The process of pursuing (new) employment, or job search behavior, is an important aspect of people's work lives. That is, job search behavior determines the opportunity set of potential jobs from which job seekers may choose (Barber, Daly, Giannantonio, & Phillips, 1994), and influences outcomes such as employment status and employment quality (Schwab, Rynes, & Aldag, 1987). Job search behavior can be defined as “the specific behaviors through which effort and time are expended to acquire information about labor market alternatives” (Bretz, Boudreau, & Judge, 1994, p. 278). It includes activities such as preparing a resume, reading personnel advertisements, making inquiries to prospective employers, and going to job interviews. Previous research has investigated the antecedents of job search behavior and employment outcomes among both individuals entering the workforce, and unemployed and employed individuals. In a recent meta-analysis, Kanfer, Wanberg, and Kantrowitz (2001) quantitatively reviewed this literature. Kanfer et al. (2001) concluded that the vast majority of studies investigated job search behavior among job losers and college graduates, whereas only a few studies reported data from employed samples. Moreover, hardly any of the studies focused on job search behavior of “non-traditional” applicants such as ethnic minorities. In the present time of culturally diversifying workforces (Chemers, Oskamp, & Costanzo, 1995; Triandis, Kurowski, & Gelfand, 1994), this is a serious omission in the literature. In the current longitudinal study we, therefore, investigated and compared job search behavior and its predictors among ethnic minorities and the majority group in The Netherlands. We used a sample of individuals who worked or recently had worked for a temporary employment agency. Job search behavior is especially salient in this group because their employment position is relatively unstable and uncertain compared to the position of permanent employees. In addition, the workforce increasingly consists of temporary workers (e.g., Berchem, 2002; Feldman, Doerpinghaus, & Turnley, 1994; Pot, Koene, & Paauwe, 2001), whilst little research has been conducted in this group (cf. Ellingson, Gruys, & Sackett, 1998). Also, the proportion of ethnic minorities is substantially larger among temporary workers than in the total workforce (Van der Ende, Donker van Heel, Koene, & Nauta, 2002). We investigated the predictors of job search behavior among ethnic minorities and the Dutch majority using the theory of planned behavior (TPB; Ajzen, 1985 and Ajzen, 1991). Although two previous studies already used the TPB to predict job search behavior (Caska, 1998; Van Ryn & Vinokur, 1992), the current study extends the existing literature in three ways. First, previous research examined the applicability of the TPB in US samples of unemployed individuals (Van Ryn & Vinokur, 1992) and graduating students (Caska, 1998). The current study extended the generalizability of the TPB by using the theory to predict job search behavior in a non-US sample of temporary employees. Second, the current study used a longitudinal design and assessed both the predictors and the outcomes of job search behavior. Third, although some studies investigated job search behavior of ethnic minorities (Green, Tigges, & Diaz, 1999; Nesdale & Pinter, 2000), no research specifically examined and directly compared the predictors of job search behavior between ethnic minorities and the majority group. Before discussing the hypothesized cultural differences, we first present the general research model used in this study. 1.1. Research model The theory of planned behavior, an extension of the theory of reasoned action (TRA; Fishbein & Ajzen, 1975), has proved its value in the prediction of a whole range of behaviors, as is demonstrated in several reviews (e.g., Ajzen, 1991; Armitage & Conner, 2001; Sutton, 1998). Applied to job search behavior, the TPB states that the immediate antecedent of job search behavior is the intention to look for a job. Job search intention in turn, is predicted by the extent to which a person has a positive or negative evaluation of job search behavior (i.e., job search attitude), the perception of social pressure to look for a (new) job (i.e., subjective norm), and people's confidence in their ability to perform various job search activities (i.e., perceived behavioral control; Ajzen, 1991). According to the TPB, job search intention completely mediates the effects of job search attitude and subjective norm on job search behavior. Thus, there is no direct link between attitude and subjective norm on the one hand, and behavior on the other. Perceived behavior control, however, is supposed to influence behavior both directly and indirectly through intention. That is, people will be more likely to perform their intended job search activities, such as writing an application letter, if they feel confident in their ability to write a proper application letter (cf. Ajzen, 1991). Previous research has found support for the use of the TPB to predict job search behavior ( Caska, 1998; Van Ryn & Vinokur, 1992). Therefore, we expect the following: Hypothesis 1. (a) Job search attitude, (b) subjective norm, and (c) perceived behavioral control positively predict job search intention. Hypothesis 2. (a) Job search intention and (b) perceived behavioral control positively predict job search behavior. Hypothesis 3. Job search intention: (a) completely mediates the relation of job search attitude and subjective norm with job search behavior, and (b) partially mediates the relation of perceived behavioral control with job search behavior. The most obvious purpose and consequence of job search behavior is successful attainment of (new) employment. Schwab et al. (1987) noted that success in generating job alternatives is a function of the intensity of the individual's job search behavior. Indeed, research has indicated that individuals who spend more time on job seeking are more likely to find a (new) job than others (Kanfer et al., 2001). Based upon this research we expected that: Hypothesis 4. Job search behavior relates positively to job attainment. In addition to finding employment the quality of the obtained employment is an important employment outcome (Schwab et al., 1987; Wanberg, Kanfer, & Banas, 2000). Job search behavior is thought to relate positively to employment quality, because a more intense job search is likely to result in more job opportunities, allowing the job seeker to choose the best alternative. In the current study, we assessed employment quality with two measures: job satisfaction and agreement between the obtained and wanted job. We expected that: Hypothesis 5. Among individuals who obtained (new) employment, job search behavior relates positively to: (a) job satisfaction in the new job and (b) the agreement between the obtained and wanted job. It should be noted that job attainment and employment quality do not just depend on job search behavior. Other variables such as the labor market demand (Wanberg, Hough, & Song, 2002), interviewing skills (Caldwell & Burger, 1998; Maurer, Solamon, Andrews, & Troxtel, 2001), and discrimination in personnel selection (Evers & Van der Flier, 1998; Stewart & Perlow, 2001) influence job attainment. Because our focus was on the predictors and outcomes of job search behavior, we did not include these variables in the current study. Regarding the potential effects of these variables on job search behavior, it should be mentioned that the TPB is a complete theory of behavior, in that other variables are thought to influence behavior only indirectly ( Conner & Armitage, 1998; Fishbein, 1980). Specifically, external variables such as demographics, personality traits, perceived labor market demand, and culture will affect the attitudinal and normative considerations, and those considerations will ultimately predict intentions and behavior. In addition, external variables may have an impact on the relative importance of attitudes and subjective norms ( Fishbein, 1980). In the next section, we will discuss the anticipated effects of culture on the relative importance of job search attitudes and subjective norms in the prediction of job search intentions. 1.2. Minority–majority group differences Populations and workforces in many Western countries increasingly diversify (Alders, 2001; Chemers et al., 1995; Hall, 1997). In the United States, black, Hispanic, and Asian Americans constitute about a quarter of the population, and this proportion is projected to rise substantially (Triandis et al., 1994). In The Netherlands, about 15–20% of the population has a cultural background other than Dutch (Statistics Netherlands, 2001). The major ethnic minority groups in The Netherlands are from Indonesian, Surinamese, Antillean, Turkish, and Moroccan descent. These minority groups have different statuses (Pettigrew, 1998). That is, whereas the Indonesian and Surinamese/Antillean immigrants are from (former) Dutch colonies, the Turkish and Moroccan immigrants originally arrived in The Netherlands as “guest workers” in the 1960s and 1970s. Many of them, however, did not return to their countries of origin, but rather had their families come over to The Netherlands (Van Oudenhoven, Prins, & Buunk, 1998). In general, ethnic minorities have lower levels of education as compared to the native-Dutch (Statistics Netherlands, 2002). Furthermore, their position at the labor market is relatively weak, as is indicated by high unemployment rates and overrepresentation in lower skilled jobs (Dagevos, 2001; Statistics Netherlands, 2002). There is some evidence, however, that these differences are diminishing over time (Te Nijenhuis, De Jong, Evers, & Van der Flier, 2003). Discrimination based on race, ethnicity or nationality is forbidden by law in The Netherlands, and employers are required to make an effort to achieve a proportional representation of ethnic minorities within their organization. The Netherlands have adopted the ideal of multiculturalism, meaning that respect for cultural differences and egalitarian goals are promoted (Arends-Toth & Van de Vijver, 2003). There exists a stern norm against blatant prejudice, illustrated by Pettigrew's (1998) findings that blatant prejudice is relatively low in The Netherlands. Nevertheless, research has shown some evidence for subtle prejudice (Pettigrew, 1998) and indirect discrimination (De Vries & Pettigrew, 1998; Van der Werf, 1992) in The Netherlands. Individuals with different ethnic backgrounds are likely to differ in their attitudes, values, and norms, because of their different cultural roots. Hofstede, 1980 and Hofstede, 1991 extensively investigated value differences between 53 countries and regions. Individualism versus collectivism appeared to be an important dimension on which country cultures differ. Hofstede (1991) described individualism as pertaining to cultures in which the ties between individuals are loose, and people are expected to look after themselves. In these cultures people tend to perceive themselves as autonomous individuals who are independent of the group, and they tend to give priority to personal goals over collective goals (Markus & Kitayama, 1991). Collectivism has been described as pertaining to cultures in which people are integrated in cohesive ingroups that protect them in exchange for unquestioning loyalty (Hofstede, 1991). In these cultures people tend to perceive themselves as interdependent with their group, and they tend to give priority to the goals of the group over their personal goals (Markus & Kitayama, 1991). Previous research has characterized the Dutch national culture as highly individualistic. Hofstede, 1980 and Hofstede, 1991 classified The Netherlands among the five most individualistic countries in his study. In the GLOBE project, The Netherlands belonged to the five countries ranked lowest on group and family collectivism (Javidan & House, 2001). In contrast to the highly individualistic Dutch culture, the cultures of the major ethnic minority groups in The Netherlands have been described as more collectivistic (GLOBE-study, 2001; Hofstede, 1991; Mesquita, 2001). Based on the cultural differences in individualism and collectivism, we formulated the following hypotheses: Hypothesis 6. Whereas (a) subjective norm is a stronger predictor of job search intention than job search attitude in the ethnic minority group, (b) job search attitude is a stronger predictor of job search intention than subjective norm in the Dutch group. Hypothesis 7. Whereas (a) subjective norm is a stronger predictor of job search intention in the ethnic minority group than in the Dutch majority group, (b) job search attitude is a stronger predictor of job search intention in the Dutch majority group than in the ethnic minority group. To summarize, we expect that the TPB accurately predicts job search behavior of temporary employees in The Netherlands. Moreover, we expect job search behavior to be a significant predictor of job search outcomes, such as successful attainment of (new) employment, job satisfaction in the new job, and agreement of the obtained job with the type of job wanted. Furthermore, we expect several differences in the importance of the various predictors of job search behavior between ethnic minorities and the majority group. Specifically, we propose that personal attitudes regarding job seeking are more important predictors of job search intention in the majority group, whereas perceptions of social pressure to seek (new) employment are more important predictors of job search intention in the ethnic minority group.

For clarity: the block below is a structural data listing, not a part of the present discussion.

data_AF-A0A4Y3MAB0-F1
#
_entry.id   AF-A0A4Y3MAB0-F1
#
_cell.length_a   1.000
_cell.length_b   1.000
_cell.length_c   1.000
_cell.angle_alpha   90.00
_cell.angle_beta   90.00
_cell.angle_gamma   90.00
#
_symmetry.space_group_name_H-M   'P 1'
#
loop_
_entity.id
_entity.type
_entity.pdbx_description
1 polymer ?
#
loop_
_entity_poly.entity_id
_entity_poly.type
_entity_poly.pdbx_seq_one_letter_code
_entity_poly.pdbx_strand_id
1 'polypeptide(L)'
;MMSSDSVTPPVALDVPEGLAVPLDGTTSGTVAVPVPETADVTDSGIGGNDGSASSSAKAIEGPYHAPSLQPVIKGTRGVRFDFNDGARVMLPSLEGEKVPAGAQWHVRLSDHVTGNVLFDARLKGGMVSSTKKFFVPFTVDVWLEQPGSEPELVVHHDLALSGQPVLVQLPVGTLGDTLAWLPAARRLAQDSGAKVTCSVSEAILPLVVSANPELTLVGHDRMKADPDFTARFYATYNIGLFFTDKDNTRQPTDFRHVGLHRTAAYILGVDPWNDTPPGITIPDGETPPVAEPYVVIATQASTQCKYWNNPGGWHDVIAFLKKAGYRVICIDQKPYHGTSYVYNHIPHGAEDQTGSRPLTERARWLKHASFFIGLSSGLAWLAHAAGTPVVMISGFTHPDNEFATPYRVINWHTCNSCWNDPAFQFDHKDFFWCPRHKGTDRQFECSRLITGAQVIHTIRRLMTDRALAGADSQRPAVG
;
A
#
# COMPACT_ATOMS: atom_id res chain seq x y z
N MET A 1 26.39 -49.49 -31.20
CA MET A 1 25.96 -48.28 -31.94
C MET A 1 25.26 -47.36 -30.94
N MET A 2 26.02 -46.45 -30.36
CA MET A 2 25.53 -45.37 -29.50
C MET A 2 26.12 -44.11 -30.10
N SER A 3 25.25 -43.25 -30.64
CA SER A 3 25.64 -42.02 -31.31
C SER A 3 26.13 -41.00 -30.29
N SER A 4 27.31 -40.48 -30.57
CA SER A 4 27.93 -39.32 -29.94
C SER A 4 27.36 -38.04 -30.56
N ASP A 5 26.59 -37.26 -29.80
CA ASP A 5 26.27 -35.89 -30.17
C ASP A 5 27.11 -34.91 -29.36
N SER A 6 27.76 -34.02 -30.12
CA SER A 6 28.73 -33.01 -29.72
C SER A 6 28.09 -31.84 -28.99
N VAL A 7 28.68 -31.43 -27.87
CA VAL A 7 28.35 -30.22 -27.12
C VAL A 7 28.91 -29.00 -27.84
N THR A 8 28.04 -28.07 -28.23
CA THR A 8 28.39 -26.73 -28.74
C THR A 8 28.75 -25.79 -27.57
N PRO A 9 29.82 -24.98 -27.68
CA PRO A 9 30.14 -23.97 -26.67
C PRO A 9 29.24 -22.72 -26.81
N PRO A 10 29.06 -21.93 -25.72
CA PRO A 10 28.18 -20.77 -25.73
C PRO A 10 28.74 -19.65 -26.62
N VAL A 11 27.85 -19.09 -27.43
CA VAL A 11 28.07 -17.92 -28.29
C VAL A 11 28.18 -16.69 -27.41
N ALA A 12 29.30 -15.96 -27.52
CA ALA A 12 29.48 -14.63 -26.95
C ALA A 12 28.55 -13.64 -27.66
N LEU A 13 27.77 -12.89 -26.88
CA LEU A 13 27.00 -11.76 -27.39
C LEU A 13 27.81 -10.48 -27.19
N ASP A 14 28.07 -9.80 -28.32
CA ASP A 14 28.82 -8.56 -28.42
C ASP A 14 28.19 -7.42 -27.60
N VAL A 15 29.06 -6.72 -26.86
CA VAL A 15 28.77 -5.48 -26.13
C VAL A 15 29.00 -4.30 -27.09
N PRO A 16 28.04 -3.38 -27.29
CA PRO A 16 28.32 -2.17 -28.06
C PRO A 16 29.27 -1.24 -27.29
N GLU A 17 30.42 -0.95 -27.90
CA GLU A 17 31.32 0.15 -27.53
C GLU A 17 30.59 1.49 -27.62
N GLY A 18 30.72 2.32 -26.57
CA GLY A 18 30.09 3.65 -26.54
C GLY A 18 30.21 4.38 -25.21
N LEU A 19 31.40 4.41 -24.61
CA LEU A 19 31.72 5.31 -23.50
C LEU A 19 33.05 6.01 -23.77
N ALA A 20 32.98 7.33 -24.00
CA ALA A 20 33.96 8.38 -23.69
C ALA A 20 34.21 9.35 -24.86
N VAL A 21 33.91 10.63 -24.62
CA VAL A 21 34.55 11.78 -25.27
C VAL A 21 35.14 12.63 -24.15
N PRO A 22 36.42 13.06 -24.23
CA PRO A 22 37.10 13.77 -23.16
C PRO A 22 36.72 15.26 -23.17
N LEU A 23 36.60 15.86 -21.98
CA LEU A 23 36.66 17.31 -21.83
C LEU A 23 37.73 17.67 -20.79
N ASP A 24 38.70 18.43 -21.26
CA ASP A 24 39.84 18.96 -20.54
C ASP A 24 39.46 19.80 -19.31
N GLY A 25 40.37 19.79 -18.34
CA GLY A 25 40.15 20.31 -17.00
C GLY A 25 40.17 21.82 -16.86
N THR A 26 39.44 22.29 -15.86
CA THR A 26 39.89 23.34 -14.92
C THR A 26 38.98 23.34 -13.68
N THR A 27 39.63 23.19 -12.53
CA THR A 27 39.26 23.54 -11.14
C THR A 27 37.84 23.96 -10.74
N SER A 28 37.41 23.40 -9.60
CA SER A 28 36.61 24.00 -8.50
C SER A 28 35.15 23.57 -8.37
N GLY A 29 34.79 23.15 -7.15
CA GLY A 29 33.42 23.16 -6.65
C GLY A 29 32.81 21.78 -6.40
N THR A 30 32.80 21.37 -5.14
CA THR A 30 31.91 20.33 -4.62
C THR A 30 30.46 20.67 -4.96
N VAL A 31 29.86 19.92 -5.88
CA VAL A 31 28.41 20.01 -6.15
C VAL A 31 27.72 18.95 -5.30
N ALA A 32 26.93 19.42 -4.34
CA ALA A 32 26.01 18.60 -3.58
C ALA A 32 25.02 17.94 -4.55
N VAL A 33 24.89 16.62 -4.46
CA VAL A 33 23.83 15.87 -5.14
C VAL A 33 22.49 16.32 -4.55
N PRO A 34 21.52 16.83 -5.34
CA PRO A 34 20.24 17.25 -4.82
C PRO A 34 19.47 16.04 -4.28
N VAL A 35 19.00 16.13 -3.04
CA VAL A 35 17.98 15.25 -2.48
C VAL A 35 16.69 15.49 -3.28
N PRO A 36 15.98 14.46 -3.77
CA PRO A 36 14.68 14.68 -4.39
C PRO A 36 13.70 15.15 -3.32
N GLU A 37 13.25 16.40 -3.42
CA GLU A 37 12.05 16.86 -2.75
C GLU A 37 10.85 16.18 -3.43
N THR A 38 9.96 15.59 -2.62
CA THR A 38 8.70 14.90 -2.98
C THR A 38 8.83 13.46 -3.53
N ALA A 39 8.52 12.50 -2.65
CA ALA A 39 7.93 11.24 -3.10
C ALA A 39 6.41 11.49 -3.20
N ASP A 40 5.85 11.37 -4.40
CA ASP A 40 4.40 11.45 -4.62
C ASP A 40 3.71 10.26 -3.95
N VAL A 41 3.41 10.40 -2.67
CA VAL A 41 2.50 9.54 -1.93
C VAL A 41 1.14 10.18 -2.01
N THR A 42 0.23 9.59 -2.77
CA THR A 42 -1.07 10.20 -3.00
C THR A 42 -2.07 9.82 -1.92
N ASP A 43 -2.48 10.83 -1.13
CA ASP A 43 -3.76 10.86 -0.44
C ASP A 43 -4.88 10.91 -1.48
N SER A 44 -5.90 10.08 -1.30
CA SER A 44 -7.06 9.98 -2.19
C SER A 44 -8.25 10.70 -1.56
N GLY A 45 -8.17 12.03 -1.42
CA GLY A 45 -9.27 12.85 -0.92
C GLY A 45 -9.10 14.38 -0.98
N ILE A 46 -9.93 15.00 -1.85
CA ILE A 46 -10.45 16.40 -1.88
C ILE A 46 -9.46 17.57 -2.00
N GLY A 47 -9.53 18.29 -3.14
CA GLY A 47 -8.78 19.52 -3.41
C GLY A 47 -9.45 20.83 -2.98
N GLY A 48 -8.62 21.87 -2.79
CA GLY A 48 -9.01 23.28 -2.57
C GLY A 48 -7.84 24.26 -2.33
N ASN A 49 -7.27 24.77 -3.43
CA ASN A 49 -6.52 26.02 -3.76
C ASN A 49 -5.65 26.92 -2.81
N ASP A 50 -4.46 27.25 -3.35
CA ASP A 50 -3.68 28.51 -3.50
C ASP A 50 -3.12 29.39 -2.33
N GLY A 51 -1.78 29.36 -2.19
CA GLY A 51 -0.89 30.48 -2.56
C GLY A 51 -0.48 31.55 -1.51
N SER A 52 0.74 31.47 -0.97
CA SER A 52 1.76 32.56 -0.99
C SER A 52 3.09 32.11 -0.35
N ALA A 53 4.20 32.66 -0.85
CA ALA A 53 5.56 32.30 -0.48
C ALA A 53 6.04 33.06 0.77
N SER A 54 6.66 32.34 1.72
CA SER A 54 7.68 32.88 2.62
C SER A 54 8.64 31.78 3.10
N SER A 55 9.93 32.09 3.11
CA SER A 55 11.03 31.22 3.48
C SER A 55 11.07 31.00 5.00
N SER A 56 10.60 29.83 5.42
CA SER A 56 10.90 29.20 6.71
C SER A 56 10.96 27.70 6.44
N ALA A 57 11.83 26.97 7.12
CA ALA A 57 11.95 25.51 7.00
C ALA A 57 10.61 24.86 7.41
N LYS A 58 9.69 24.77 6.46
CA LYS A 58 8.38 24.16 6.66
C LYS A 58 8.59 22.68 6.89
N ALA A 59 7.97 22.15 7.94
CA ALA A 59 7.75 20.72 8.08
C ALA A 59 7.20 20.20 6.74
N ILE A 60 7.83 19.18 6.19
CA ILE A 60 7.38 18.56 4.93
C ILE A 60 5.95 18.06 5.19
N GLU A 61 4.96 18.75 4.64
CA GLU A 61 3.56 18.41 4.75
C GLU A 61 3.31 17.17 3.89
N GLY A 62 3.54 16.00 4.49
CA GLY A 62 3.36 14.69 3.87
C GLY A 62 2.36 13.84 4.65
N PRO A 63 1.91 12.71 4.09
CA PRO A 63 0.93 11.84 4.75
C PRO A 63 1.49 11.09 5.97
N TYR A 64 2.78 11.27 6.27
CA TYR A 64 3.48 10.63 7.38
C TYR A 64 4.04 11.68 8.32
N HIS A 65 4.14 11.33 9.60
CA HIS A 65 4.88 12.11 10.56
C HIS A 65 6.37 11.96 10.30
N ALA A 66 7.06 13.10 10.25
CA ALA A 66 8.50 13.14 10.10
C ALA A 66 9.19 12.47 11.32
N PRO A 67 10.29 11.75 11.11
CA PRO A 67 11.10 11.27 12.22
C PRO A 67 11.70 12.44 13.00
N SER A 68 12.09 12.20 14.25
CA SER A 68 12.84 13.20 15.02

نتیجه گیری انگلیسی
The results provided partial support for the theory of planned behavior in predicting job search behavior in a sample of temporary employees in The Netherlands. Job search attitude and subjective norm were significant predictors of job search intention, and job search intention significantly predicted job search behavior. Intention fully mediated the effects of attitude and subjective norm on behavior. Self-efficacy, however, did not add to the prediction of intention and behavior. Also the zero-order correlations of self-efficacy with job search intention and behavior were not significant. A possible explanation for these null findings relates to the measure used to assess self-efficacy. The fact that the self-efficacy items did not exactly match the items used to measure job search intention and job search behavior might have deflated the relations of self-efficacy with intention and behavior. The job search attitude and subjective norm measures, however, did not match the job search intention and behavior items either, and these variables did show significant relations with intention and behavior. Although ideally the measures for attitude, subjective norm, and self-efficacy should correspond exactly with the measures for intention and behavior, we chose to use the more global measures to reduce the length of the questionnaire, and to avoid asking too many seemingly repetitious questions. Another possible explanation for the lack of significant findings with respect to self-efficacy relates to the composition of our sample. That is, some individuals in our sample may not (intend to) engage in job search behavior, although they do have high levels of job search self-efficacy. Employed respondents who do not intend to leave their current jobs might be an example of such respondents. The presence of such respondents might have deflated the relation of self-efficacy with job search intention and behavior. This idea, however, was not supported by our data. We repeated our analyses using a subsample of respondents who intended to spend time on at least one job search activity (n=615). The zero-order correlations of self-efficacy with intention and behavior were still non-significant. Also the regression results were highly similar to the results presented before. In the regression analysis of intention, the effect of self-efficacy on job search intention remained non-significant. Previous research studying the relation of self-efficacy with job search intention and behavior found mixed results. While some studies reported moderate or even strong relations (e.g., Blau, 1994; Caska, 1998; Saks & Ashforth, 1999), others found weak or no relations (Van Ryn & Vinokur, 1992; Wanberg et al., 1996). A moderating effect of sample type seems plausible (i.e., self-efficacy is a more important predictor in samples of inexperienced job seekers). Closer examination of our data revealed some support for this notion. For example, among job seeking students (n=268), self-efficacy correlated marginally significant with job search intention, r=.10, p<.10. In contrast, among job seeking non-students (n=346), self-efficacy was not related to job search intention, r=−.02, p=.71. In their meta-analysis, Kanfer et al. (2001) reported a mean corrected sample-weighted correlation of .27 between self-efficacy and job search behavior, which was not found to be moderated by sample type, however. But due to the limited number of studies comprising employed job seekers, this moderator analysis concerned job losers versus new entrants only. Future research should investigate the relation of self-efficacy with job search in different sample types more closely. Following Ajzen and Driver (1992), we distinguished between an instrumental and an affective component of attitude. This theoretical distinction was clearly supported by the data. Both components were only weakly correlated, and showed substantially different correlation patterns with the other study variables. Instrumental and affective job search attitude both added to prediction of job search intention. With this, the current study extends previous research examining job search behavior in the context of the TPB (Caska, 1998; Van Ryn & Vinokur, 1992) or its predecessor, the TRA (Vinokur & Caplan, 1987), suggesting that an individual's job search behavior is stimulated not only by positive instrumental attitudes such as regarding job seeking as wise and useful, but also by affective attitudes such as regarding job seeking as interesting and enjoyable. 4.1. Job search outcomes Consistent with previous research (Griffeth, Hom, & Gaertner, 2000; Kanfer et al., 2001), we found a significant relation between job search behavior and job attainment. However, as noted by Wanberg et al. (1999), in times of a healthy economy most people who are looking for a (new) job, will be able to find it (see also Taris, Heesink, & Feij, 1995). Therefore, it is important to see whether satisfactory employment is found. Our results did not support the expected positive relation between job search behavior and satisfaction with the new job. Previous research reported mixed results concerning this relation. Some studies found a positive association between job search behavior and job satisfaction (e.g., Leana & Feldman, 1995; Steffy, Shaw, & Noe, 1989), whereas others found little or no support (e.g., Saks & Ashforth, 2002; Wanberg et al., 2000; Wanberg et al., 1999; Werbel, 2000). A possible explanation for this null finding might be that those low in job satisfaction may have already started a new job search, or in fact may never have stopped their job search. Indeed, other research has identified job dissatisfaction as an important antecedent of job search behavior among employed individuals (e.g., Blau, 1994; Boudreau, Boswell, Judge, & Bretz, 2001; Bretz et al., 1994; Hom, Caranikas-Walker, Prussia, & Griffeth, 1992). This negative relation between job satisfaction and subsequent job search behavior might have overshadowed the positive relation between job search behavior and subsequent job satisfaction among individuals who found a (new) job. Besides job satisfaction, we used two additional measures related to employment quality, that is, the agreement between the job obtained and the job sought with regard to the amount of hours and the type of contract. Our results indicated that individuals who invested more time in their job search found a job that matched their desires with regard to the type of contract. This is an important outcome in that it offers some support for the contention that investing time in job seeking does not only pay off in a higher probability to obtain a job, but also in higher levels of agreement between the type of employment job seekers were looking for and the type of employment they obtained. Future research should further investigate the effects of job search behavior on different aspects of the type of employment found, such as agreement with respect to type of business, level of the job, and job characteristics (e.g., level of autonomy, responsibility, or skill variety). 4.2. Cultural differences As indicated by Ajzen (1991) the relative importance of attitudes and subjective norms in the prediction of intentions can vary across situations. More specifically, Fishbein (1980) notes that the relative importance of these variables may be influenced by external variables such as demographics or personality. In the current study, we investigated whether cultural differences could account for differences in the relative importance of job search attitudes and subjective norm in the prediction of job search intentions. When testing the TPB for ethnic minorities and the Dutch majority separately, some differences were found between both groups. In the ethnic minority group we found that subjective norms were stronger related to behavioral intentions than were job search attitudes. In the Dutch majority the opposite was found. Our findings confirm previous research by Abrams, Ando, and Hinkle (1998), in which subjective norms were found to relate stronger to turnover intentions in a Japanese sample than in a British sample. Similar to the differences found in Abrams et al.'s (1998) study, our findings related to minority–majority group differences in the strength of the relation of subjective norms and personal attitudes with intentions can be explained by cultural differences in individualism versus collectivism. That is, in collectivistic cultures behavior is guided more by social norms than by personal attitudes, whereas the opposite is true in individualistic cultures (Markus & Kitayama, 1991). Our findings offer some support for the generalizability of the TPB to other, non-Western cultures. That is, in the ethnic minority group as well as in the Dutch group most relations are consistent with the relations as predicted by the TPB. As discussed above, however, the relative importance of the TPB-variables was different in both groups, that is, the strength of several relations was moderated by cultural background. This is an important finding, because many psychological theories have been developed by European Americans (Hall, 1997), and therefore the relevance of these theories in other cultural contexts has been questioned (Nagayama Hall & Maramba, 2001). In times of increasingly diversifying labor markets in many Western countries, it is important to study cultural differences in vocational behavior. 4.3. Limitations In the current study, we looked at cultural differences in the predictors of job search. A limitation pertains to the composition of the ethnic minority group. This group was not very large and ethnically fairly heterogeneous. Due to the small size of the subsample of ethnic minorities, we were not able to investigate the relation between job search behavior and employment quality for ethnic minorities and the Dutch group separately. Moreover, we were not able to further distinguish between the various ethnic groups within this subsample. Future research must confirm the cultural differences reported in this study for specific ethnic groups. Also, future research should include direct measures of collectivism–individualism. Because the actual collectivistic and individualistic values held by the respondents were not assessed directly in the current study, we cannot rule out the possibility that the differences we found between the two groups were caused by other group characteristics than the assumed differences in collectivistic versus individualistic values. Furthermore, the rather low response rate might have influenced the findings, and therefore may limit the generalizability of the study. We were, however, able to compare the respondents with the overall random sample on gender, age, and level of education. Because females and higher educated individuals were slightly overrepresented among the respondents as compared to the overall sample, gender and level of education (along with age and employment position) were used as control variables. The effects of these variables were mostly small and non-significant. However, because respondents might have differed from the non-respondents on other unmeasured variables, such as language skills in Dutch, some caution is needed with regard to the generalizability of the study findings. In summary, the current study investigated cultural differences in the predictors of job search in a sample of temporary employees in The Netherlands. The results showed a stronger influence of the social environment on job search in the ethnic minority group compared to the Dutch group. This pattern of findings is consistent with the view that people in collectivistic cultures attach more importance to harmonious relationships with others (Markus & Kitayama, 1991). Employment counselors could take these differences into account when assisting people in their job search. Offering social support and exerting social pressure are important means of stimulating job search behavior (Caplan, Vinokur, Price, & Van Ryn, 1989). Our findings suggest this might be of even greater importance for job seekers with a collectivistic cultural background.